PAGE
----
Once considered as alien and high-tech as R2D2, computers are reshaping every of corner of the music industry, and Skrillex and Zedd aren’t the only ones joining the digital wave.
The Laptop orchestra at Arizona State, otherwise known as LORKAS, is the first student-run laptop orchestra in the nation, and it's working to reshape the way people perceive digital music.
Co-director of LORKAS Althea Pergakis said she doesn’t believe digital music should be any less approachable, or taken any less seriously than music made with traditional instruments.
“Computer musicians get a lot of flack, which is like the biggest bulls--t in the world,” she said. “Computer music is a new genre … but it’s already grown and developed so much, and I feel like perhaps we aren’t taken as seriously by the community as a whole, but nothing new is. I think we’re cutting edge.”
Pergakis said she was drawn to digital music because it is such a versatile medium with a wide range of possibilities.
“I think it’s a mistake to assume that because it’s a computer that it's less expressive than anything else,” she said. “It’s just keys.”
Garrett Johnson, LORKAS album producer and member, said the orchestra is unique in that it has a lot of flexibility to produce different sounds and types of music.
“This is sort of a subversion of the assumption that we have about what kind of instruments we use,” he said. “In laptop orchestras there are no assumptions.”
Johnson said music can be made on laptops, iPhones, iPads, Wii remotes and more with digital media. All these tools allow data to be picked up and utilized to make a variety of sounds.
Regardless of what tool is being used, Johnson said making music is still a physical experience for all the performers involved.
“Making music is a profoundly embodied experience, whether you’re singing or playing the drums or playing a laptop, there should still be a relationship between embodiment and the instrument,” he said.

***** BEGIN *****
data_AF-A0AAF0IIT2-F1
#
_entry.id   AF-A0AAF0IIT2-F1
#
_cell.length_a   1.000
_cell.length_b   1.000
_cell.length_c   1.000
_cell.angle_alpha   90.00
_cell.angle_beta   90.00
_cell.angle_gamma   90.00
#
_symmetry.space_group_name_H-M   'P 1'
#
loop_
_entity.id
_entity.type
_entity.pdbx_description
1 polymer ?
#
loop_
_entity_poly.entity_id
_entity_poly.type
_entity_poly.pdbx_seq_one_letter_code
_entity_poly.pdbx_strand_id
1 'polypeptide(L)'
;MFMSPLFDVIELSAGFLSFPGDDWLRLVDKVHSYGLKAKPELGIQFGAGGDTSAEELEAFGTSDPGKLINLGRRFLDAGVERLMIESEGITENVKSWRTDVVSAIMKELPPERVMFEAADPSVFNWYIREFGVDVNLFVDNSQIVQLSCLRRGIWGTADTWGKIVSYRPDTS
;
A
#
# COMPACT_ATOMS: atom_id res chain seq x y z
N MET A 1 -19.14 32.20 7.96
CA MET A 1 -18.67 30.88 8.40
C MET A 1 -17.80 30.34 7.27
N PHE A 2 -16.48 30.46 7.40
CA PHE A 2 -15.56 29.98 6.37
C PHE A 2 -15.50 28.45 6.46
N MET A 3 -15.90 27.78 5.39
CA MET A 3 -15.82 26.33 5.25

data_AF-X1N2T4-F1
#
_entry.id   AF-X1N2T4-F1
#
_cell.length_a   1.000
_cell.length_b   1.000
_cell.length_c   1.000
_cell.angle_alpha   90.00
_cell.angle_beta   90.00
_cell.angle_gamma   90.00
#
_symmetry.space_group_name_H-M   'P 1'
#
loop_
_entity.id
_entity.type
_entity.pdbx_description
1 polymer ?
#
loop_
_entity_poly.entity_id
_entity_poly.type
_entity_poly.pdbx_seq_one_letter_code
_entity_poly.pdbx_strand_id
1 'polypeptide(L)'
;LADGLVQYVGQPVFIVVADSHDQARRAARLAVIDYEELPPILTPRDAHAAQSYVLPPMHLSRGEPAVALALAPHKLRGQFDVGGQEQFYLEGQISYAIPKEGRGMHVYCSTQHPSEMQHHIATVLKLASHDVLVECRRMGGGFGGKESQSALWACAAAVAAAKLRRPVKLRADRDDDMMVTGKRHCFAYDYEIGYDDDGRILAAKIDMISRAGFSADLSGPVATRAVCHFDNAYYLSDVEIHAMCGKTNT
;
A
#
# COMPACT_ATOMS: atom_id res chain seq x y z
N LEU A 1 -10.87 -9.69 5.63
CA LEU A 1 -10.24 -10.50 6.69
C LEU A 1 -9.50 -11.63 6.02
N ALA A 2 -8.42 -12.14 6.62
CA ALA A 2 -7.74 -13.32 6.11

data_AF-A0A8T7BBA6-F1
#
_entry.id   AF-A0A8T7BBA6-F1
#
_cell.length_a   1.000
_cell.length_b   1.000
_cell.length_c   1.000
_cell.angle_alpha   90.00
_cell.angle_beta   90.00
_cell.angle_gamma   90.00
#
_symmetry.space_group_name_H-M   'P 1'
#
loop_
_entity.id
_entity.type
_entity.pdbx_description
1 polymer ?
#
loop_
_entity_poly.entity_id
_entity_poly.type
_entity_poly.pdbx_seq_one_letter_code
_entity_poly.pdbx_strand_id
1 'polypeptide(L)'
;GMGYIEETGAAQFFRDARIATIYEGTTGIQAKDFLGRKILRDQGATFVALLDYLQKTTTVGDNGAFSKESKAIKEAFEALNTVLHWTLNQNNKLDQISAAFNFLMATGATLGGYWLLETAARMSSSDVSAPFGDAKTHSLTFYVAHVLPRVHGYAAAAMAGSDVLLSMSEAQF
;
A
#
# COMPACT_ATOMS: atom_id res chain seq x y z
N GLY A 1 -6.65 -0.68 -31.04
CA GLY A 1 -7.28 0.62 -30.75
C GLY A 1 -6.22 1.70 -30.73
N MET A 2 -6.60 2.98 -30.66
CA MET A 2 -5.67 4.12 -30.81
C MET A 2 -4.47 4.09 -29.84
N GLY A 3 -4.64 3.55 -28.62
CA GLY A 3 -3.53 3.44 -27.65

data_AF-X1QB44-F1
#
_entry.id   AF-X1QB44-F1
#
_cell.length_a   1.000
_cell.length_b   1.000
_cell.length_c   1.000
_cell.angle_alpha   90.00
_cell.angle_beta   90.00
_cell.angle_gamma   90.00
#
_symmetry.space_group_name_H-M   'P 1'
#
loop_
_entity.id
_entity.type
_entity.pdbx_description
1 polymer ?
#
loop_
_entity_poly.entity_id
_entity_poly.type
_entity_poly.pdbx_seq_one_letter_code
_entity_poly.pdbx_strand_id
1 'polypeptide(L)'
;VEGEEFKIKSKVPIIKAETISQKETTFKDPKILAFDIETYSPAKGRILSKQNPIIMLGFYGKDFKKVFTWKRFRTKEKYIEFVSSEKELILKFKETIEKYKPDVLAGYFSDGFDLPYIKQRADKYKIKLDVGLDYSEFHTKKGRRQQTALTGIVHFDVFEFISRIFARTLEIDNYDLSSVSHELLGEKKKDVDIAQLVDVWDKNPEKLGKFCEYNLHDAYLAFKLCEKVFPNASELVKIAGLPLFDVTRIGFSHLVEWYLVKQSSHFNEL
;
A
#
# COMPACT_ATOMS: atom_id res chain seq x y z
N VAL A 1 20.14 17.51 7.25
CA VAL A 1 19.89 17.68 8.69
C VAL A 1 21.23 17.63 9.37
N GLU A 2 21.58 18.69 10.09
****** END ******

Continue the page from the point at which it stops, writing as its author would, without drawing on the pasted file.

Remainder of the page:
Johnson said using a digital medium allows for flexibility during live performances as well, and the orchestra often uses open scores so they have room to improvise during shows.
“A lot of what goes on behind the scenes is never seen, but I think this is true with absolutely everything,” he said. “The point is to really engage audiences with a performance event they really may not have experienced before.”
Co-director Justin Kennedy said LORKAS has been making efforts to reach out to the community and break down the idea that laptop music is a very niche field.
“The last thing I want is to think that we’re elitist,” he said. “You can have zero experience in technology and join the group. You can also have zero experience in music and join the group.”
Kennedy said he feels music in general should be more approachable, digital included, and that anyone can do it if they put in the effort.
“I think it’s just really important to limit one’s ability to succeed in life. Human beings are capable of so much,” he said. “As an artist you have to just put out of your mind all of the people who have said you can’t.”
LORKAS will be releasing its first album on Dec. 1, and it will have six tracks available digitally and on cassette.
“I like trying things that are new and not knowing if I can succeed or not,” Kennedy said. “I think that’s exciting. I think that’s often times where success comes from.”
CORRECTION: Due to a reporting error, the name of the club was misstated and it was also misstated the the Laptop Orchestra at Arizona State is the only one of it's kind at ASU. This version of the story has been updated with the correct information.
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